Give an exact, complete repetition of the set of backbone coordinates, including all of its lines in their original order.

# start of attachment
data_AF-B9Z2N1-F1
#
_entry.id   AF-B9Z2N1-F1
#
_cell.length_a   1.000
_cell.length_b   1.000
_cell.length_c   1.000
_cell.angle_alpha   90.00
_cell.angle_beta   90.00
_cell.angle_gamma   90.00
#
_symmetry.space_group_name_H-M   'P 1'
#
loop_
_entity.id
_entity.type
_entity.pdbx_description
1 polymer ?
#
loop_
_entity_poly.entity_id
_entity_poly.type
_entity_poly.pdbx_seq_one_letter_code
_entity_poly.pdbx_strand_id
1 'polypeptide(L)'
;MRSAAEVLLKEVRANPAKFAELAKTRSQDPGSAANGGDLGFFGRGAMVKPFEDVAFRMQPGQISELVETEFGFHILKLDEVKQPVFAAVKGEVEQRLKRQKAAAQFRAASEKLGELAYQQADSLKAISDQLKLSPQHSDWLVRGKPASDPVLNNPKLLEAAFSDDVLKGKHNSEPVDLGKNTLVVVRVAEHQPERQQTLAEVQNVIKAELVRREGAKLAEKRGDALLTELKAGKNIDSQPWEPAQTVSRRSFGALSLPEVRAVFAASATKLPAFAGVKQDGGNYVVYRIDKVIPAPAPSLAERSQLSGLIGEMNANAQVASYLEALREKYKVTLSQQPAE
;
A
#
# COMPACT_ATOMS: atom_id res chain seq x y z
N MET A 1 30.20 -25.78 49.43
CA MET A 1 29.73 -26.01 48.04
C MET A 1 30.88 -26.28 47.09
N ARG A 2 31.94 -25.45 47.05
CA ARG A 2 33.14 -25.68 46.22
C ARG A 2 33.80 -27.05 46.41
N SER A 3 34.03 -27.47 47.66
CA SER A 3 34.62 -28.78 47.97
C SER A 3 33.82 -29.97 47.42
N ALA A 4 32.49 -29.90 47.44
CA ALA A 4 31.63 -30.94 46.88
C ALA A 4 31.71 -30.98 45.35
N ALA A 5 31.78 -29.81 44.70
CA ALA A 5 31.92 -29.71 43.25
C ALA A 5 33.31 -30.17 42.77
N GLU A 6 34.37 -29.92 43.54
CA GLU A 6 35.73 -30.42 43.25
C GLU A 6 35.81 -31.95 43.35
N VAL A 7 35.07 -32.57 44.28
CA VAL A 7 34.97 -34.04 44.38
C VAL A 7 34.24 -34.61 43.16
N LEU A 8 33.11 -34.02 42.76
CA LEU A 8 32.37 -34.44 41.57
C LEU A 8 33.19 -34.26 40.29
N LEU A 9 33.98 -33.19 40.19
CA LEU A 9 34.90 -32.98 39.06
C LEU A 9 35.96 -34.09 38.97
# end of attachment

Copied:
data_AF-B9Z2N1-F1
#
_entry.id   AF-B9Z2N1-F1
#
_cell.length_a   1.000
_cell.length_b   1.000
_cell.length_c   1.000
_cell.angle_alpha   90.00
_cell.angle_beta   90.00
_cell.angle_gamma   90.00
#
_symmetry.space_group_name_H-M   'P 1'
#
loop_
_entity.id
_entity.type
_entity.pdbx_description
1 polymer ?
#
loop_
_entity_poly.entity_id
_entity_poly.type
_entity_poly.pdbx_seq_one_letter_code
_entity_poly.pdbx_strand_id
1 'polypeptide(L)'
;MRSAAEVLLKEVRANPAKFAELAKTRSQDPGSAANGGDLGFFGRGAMVKPFEDVAFRMQPGQISELVETEFGFHILKLDEVKQPVFAAVKGEVEQRLKRQKAAAQFRAASEKLGELAYQQADSLKAISDQLKLSPQHSDWLVRGKPASDPVLNNPKLLEAAFSDDVLKGKHNSEPVDLGKNTLVVVRVAEHQPERQQTLAEVQNVIKAELVRREGAKLAEKRGDALLTELKAGKNIDSQPWEPAQTVSRRSFGALSLPEVRAVFAASATKLPAFAGVKQDGGNYVVYRIDKVIPAPAPSLAERSQLSGLIGEMNANAQVASYLEALREKYKVTLSQQPAE
;
A
#
# COMPACT_ATOMS: atom_id res chain seq x y z
N MET A 1 30.20 -25.78 49.43
CA MET A 1 29.73 -26.01 48.04
C MET A 1 30.88 -26.28 47.09
N ARG A 2 31.94 -25.45 47.05
CA ARG A 2 33.14 -25.68 46.22
C ARG A 2 33.80 -27.05 46.41
N SER A 3 34.03 -27.47 47.66
CA SER A 3 34.62 -28.78 47.97
C SER A 3 33.82 -29.97 47.42
N ALA A 4 32.49 -29.90 47.44
CA ALA A 4 31.63 -30.94 46.88
C ALA A 4 31.71 -30.98 45.35
N ALA A 5 31.78 -29.81 44.70
CA ALA A 5 31.92 -29.71 43.25
C ALA A 5 33.31 -30.17 42.77
N GLU A 6 34.37 -29.92 43.54
CA GLU A 6 35.73 -30.42 43.25
C GLU A 6 35.81 -31.95 43.35
N VAL A 7 35.07 -32.57 44.28
CA VAL A 7 34.97 -34.04 44.38
C VAL A 7 34.24 -34.61 43.16
N LEU A 8 33.11 -34.02 42.76
CA LEU A 8 32.37 -34.44 41.57
C LEU A 8 33.19 -34.26 40.29
N LEU A 9 33.98 -33.19 40.19
CA LEU A 9 34.90 -32.98 39.06
C LEU A 9 35.96 -34.09 38.97